Brutal, intense and realistic.
ikkegoemikke - wrote on 08/23/18
I don’t know
what you’re fucking saying,
I don’t understand.
What an impressive film. You won’t get a feeling of excitement or relaxation after watching it. It’ll rather leave a bad taste in your mouth. It was as if the smell of blood, rancid food, vomit, and sweat has nestled itself in my nostrils. I had this annoying, uncomfortable feeling afterward. I’m convinced there are other places in this world where you don’t want to end up and which aren’t good for your health, both physically and psychologically. But the Thai prison Klong Prem seems to me the most damned and inhumane place on our planet. A place where you stop being a person and where you try to survive in any way you can. I’m strongly in favor of setting up an exchange program for prisoners worldwide. In such a way that prisoners from wherever, get the chance to taste the prison climate of these regions. I’m sure many will start realizing how privileged their treatment is in this part of the world. Who knows, maybe even a few will come to their senses.
“A prayer before dawn” feels like a documentary. It’s as if the camera is filming over the shoulders of Billy Moore (Joe Cole) all the time, a Brit who’s a boxer in Thailand and is being arrested for selling drugs. The nightmare in which he’s imprisoned for three years and the daily struggle in this hell hole is the basis for his book that he publishes later on. It’s titled “A prayer before dawn: A nightmare in Thailand“. Don’t expect long dialogues. Or you are someone who understands Thai quite well. That alone would drive me crazy already. The endless whining and shouting of those tattooed, golden-toothed Thai criminals. You have no idea what they are talking about. You can only guess whether they ask a very ordinary question or threat you.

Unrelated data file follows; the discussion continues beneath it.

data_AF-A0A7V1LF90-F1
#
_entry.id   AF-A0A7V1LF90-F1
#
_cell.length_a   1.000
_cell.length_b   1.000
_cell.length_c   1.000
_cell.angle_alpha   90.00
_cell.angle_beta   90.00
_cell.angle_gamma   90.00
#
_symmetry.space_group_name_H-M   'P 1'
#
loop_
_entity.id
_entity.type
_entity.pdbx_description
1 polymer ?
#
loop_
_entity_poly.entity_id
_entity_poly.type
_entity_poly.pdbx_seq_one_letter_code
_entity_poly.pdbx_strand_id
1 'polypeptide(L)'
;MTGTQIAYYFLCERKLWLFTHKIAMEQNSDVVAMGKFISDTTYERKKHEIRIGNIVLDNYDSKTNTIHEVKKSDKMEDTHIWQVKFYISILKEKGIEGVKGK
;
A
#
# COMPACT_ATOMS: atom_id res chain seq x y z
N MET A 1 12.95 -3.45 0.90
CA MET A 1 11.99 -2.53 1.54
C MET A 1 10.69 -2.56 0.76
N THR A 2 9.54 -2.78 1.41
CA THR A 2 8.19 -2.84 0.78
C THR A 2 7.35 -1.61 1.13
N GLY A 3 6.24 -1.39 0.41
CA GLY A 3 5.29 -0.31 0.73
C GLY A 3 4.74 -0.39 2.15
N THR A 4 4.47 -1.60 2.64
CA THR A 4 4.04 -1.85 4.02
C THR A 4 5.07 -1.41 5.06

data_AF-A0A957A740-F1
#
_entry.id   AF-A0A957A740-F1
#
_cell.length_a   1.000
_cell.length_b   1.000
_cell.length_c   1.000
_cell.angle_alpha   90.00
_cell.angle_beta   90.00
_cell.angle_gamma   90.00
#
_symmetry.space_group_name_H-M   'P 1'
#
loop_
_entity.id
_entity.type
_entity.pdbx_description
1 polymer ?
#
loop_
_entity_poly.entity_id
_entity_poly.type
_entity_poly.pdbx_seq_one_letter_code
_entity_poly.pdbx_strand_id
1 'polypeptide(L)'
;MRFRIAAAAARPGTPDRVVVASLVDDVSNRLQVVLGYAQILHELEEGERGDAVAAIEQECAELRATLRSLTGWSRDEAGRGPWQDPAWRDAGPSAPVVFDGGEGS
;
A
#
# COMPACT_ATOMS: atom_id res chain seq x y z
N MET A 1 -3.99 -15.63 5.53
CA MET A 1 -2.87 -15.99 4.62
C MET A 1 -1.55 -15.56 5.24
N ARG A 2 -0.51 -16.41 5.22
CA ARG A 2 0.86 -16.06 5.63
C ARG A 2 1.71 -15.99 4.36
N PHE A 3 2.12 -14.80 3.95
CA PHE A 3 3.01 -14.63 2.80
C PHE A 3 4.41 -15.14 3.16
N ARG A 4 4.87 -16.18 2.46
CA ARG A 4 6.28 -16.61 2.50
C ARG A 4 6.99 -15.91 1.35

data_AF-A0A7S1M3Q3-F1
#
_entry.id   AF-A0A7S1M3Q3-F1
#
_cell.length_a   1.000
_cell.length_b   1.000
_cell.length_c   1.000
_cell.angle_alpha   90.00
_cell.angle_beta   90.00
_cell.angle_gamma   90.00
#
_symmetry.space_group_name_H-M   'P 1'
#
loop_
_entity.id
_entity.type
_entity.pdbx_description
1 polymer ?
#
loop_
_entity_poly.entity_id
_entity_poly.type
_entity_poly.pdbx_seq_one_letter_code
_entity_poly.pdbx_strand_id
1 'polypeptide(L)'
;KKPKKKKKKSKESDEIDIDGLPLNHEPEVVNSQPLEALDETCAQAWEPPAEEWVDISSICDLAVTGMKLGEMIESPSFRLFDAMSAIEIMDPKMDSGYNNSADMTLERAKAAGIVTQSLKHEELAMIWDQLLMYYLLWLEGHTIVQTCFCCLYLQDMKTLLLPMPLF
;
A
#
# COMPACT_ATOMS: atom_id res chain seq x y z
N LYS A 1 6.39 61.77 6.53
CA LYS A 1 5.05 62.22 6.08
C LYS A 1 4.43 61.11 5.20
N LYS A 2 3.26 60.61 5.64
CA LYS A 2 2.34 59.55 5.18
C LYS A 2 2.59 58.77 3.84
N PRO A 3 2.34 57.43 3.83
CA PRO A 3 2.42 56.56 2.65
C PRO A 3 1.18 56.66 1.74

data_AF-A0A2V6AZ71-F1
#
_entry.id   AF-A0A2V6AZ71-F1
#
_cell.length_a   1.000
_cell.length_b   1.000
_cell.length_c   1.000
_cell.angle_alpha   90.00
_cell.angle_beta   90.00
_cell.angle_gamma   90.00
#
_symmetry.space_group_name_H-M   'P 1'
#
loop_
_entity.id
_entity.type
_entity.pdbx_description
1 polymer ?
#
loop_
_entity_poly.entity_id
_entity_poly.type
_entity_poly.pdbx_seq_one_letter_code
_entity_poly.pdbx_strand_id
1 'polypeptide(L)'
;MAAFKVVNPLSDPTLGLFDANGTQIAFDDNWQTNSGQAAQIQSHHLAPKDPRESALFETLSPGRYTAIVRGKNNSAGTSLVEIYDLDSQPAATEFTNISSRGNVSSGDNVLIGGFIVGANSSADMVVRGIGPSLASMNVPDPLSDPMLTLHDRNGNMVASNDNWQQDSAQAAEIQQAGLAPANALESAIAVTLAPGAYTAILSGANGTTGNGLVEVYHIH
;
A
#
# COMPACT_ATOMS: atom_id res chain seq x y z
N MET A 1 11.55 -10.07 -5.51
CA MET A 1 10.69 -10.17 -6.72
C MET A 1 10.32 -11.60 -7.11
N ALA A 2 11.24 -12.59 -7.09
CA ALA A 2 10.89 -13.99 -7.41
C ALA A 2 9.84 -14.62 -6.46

The number of films that take place in prisons is almost infinite. But there are none so realistic and painful to behold as “A prayer before dawn“. Even “Brawl in Cell Block 99” doesn’t seem to be so brutal and intense, despite the extremely violent images. Why? Because “Brawl in Cell Block 99” is a fictional story. The story about Billy Moore shows an unambiguous, unvarnished picture of his struggle for survival and his perseverance to maintain himself in this barbaric environment. A story about how an individual has to push his limits both physically and psychically. A black and white portrait with a thin dividing line between life and death. One moment you see how Billy almost kills a fellow prisoner at the request of a corrupt guard. The next moment you see a tender moment between him and the transvestite Fame (Pornchanok Mabklang). A moment to catch your breath after all the brutal violence.
The acting of Joe Cole is extremely convincing. You can simply feel his fury, despair, and fear. Cole’s acting is purely en simply physical as there is practically no dialogue to be heard. A shrill and threatening “Fuck off” is the main thing that comes over his lips. You are witnessing how the accumulated tension and frustration suddenly flares up during confrontations and his Thai boxing. And at the same time, you see Cole fighting against his addiction. The Thai inmates are all amateurs in the field of acting but apparently, a large number of these side characters actually have spent time behind bars. Maybe that’s why it all feels so real.
No, “A prayer before dawn” is no fun to watch and will certainly still haunt you the next days after. If you expect a detailed story, you will certainly be disappointed afterward. The narrative is reasonably straightforward and concise. It’s nothing more than a report of Billy’s stay in this hellish place on earth and his constant fight to get out of it unscathed. But, as I said, this film will certainly stay with you. It’s, as it were, beaten into you.
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